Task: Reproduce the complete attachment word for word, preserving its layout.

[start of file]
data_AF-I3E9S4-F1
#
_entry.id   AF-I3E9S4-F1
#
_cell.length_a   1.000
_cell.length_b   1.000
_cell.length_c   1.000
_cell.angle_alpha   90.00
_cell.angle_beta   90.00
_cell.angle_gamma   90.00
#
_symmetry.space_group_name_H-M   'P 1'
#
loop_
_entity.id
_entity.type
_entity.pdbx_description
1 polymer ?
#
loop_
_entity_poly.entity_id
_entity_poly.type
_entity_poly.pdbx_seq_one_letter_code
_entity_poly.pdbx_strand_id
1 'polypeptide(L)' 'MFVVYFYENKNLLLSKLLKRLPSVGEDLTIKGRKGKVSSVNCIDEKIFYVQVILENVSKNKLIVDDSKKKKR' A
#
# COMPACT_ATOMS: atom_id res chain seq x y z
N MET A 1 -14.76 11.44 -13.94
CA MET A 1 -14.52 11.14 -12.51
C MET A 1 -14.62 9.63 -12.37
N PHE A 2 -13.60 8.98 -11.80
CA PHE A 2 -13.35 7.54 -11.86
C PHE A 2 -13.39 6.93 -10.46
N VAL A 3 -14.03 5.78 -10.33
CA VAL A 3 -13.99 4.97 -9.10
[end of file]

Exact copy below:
data_AF-I3E9S4-F1
#
_entry.id   AF-I3E9S4-F1
#
_cell.length_a   1.000
_cell.length_b   1.000
_cell.length_c   1.000
_cell.angle_alpha   90.00
_cell.angle_beta   90.00
_cell.angle_gamma   90.00
#
_symmetry.space_group_name_H-M   'P 1'
#
loop_
_entity.id
_entity.type
_entity.pdbx_description
1 polymer ?
#
loop_
_entity_poly.entity_id
_entity_poly.type
_entity_poly.pdbx_seq_one_letter_code
_entity_poly.pdbx_strand_id
1 'polypeptide(L)' 'MFVVYFYENKNLLLSKLLKRLPSVGEDLTIKGRKGKVSSVNCIDEKIFYVQVILENVSKNKLIVDDSKKKKR' A
#
# COMPACT_ATOMS: atom_id res chain seq x y z
N MET A 1 -14.76 11.44 -13.94
CA MET A 1 -14.52 11.14 -12.51
C MET A 1 -14.62 9.63 -12.37
N PHE A 2 -13.60 8.98 -11.80
CA PHE A 2 -13.35 7.54 -11.86
C PHE A 2 -13.39 6.93 -10.46
N VAL A 3 -14.03 5.78 -10.33
CA VAL A 3 -13.99 4.97 -9.10